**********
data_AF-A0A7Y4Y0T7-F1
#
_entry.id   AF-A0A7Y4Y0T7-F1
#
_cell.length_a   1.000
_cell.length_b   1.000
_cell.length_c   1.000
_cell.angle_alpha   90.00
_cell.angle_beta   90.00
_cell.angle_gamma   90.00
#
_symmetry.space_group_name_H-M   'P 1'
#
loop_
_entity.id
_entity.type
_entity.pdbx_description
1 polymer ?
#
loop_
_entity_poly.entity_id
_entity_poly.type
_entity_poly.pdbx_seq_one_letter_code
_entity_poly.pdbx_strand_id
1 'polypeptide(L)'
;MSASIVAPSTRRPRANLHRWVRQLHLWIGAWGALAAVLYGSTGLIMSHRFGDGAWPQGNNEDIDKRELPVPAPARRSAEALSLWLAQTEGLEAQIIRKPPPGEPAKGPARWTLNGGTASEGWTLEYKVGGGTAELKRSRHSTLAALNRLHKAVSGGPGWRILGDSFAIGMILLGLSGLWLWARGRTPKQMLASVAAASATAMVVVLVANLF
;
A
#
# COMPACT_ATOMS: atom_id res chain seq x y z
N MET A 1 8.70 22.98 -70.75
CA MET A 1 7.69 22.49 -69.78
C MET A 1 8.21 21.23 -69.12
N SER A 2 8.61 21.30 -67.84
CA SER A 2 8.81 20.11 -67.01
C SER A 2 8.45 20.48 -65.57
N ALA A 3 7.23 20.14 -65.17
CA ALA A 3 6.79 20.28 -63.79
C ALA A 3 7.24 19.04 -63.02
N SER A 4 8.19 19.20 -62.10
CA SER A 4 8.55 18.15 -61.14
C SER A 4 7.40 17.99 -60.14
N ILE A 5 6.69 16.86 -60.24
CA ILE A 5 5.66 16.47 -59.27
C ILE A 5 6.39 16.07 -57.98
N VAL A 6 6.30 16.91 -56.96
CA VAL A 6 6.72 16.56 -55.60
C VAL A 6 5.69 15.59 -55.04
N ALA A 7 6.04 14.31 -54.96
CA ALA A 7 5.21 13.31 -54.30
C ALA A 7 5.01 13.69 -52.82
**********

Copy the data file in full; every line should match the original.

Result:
data_AF-A0A7Y4Y0T7-F1
#
_entry.id   AF-A0A7Y4Y0T7-F1
#
_cell.length_a   1.000
_cell.length_b   1.000
_cell.length_c   1.000
_cell.angle_alpha   90.00
_cell.angle_beta   90.00
_cell.angle_gamma   90.00
#
_symmetry.space_group_name_H-M   'P 1'
#
loop_
_entity.id
_entity.type
_entity.pdbx_description
1 polymer ?
#
loop_
_entity_poly.entity_id
_entity_poly.type
_entity_poly.pdbx_seq_one_letter_code
_entity_poly.pdbx_strand_id
1 'polypeptide(L)'
;MSASIVAPSTRRPRANLHRWVRQLHLWIGAWGALAAVLYGSTGLIMSHRFGDGAWPQGNNEDIDKRELPVPAPARRSAEALSLWLAQTEGLEAQIIRKPPPGEPAKGPARWTLNGGTASEGWTLEYKVGGGTAELKRSRHSTLAALNRLHKAVSGGPGWRILGDSFAIGMILLGLSGLWLWARGRTPKQMLASVAAASATAMVVVLVANLF
;
A
#
# COMPACT_ATOMS: atom_id res chain seq x y z
N MET A 1 8.70 22.98 -70.75
CA MET A 1 7.69 22.49 -69.78
C MET A 1 8.21 21.23 -69.12
N SER A 2 8.61 21.30 -67.84
CA SER A 2 8.81 20.11 -67.01
C SER A 2 8.45 20.48 -65.57
N ALA A 3 7.23 20.14 -65.17
CA ALA A 3 6.79 20.28 -63.79
C ALA A 3 7.24 19.04 -63.02
N SER A 4 8.19 19.20 -62.10
CA SER A 4 8.55 18.15 -61.14
C SER A 4 7.40 17.99 -60.14
N ILE A 5 6.69 16.86 -60.24
CA ILE A 5 5.66 16.47 -59.27
C ILE A 5 6.39 16.07 -57.98
N VAL A 6 6.30 16.91 -56.96
CA VAL A 6 6.72 16.56 -55.60
C VAL A 6 5.69 15.59 -55.04
N ALA A 7 6.04 14.31 -54.96
CA ALA A 7 5.21 13.31 -54.30
C ALA A 7 5.01 13.69 -52.82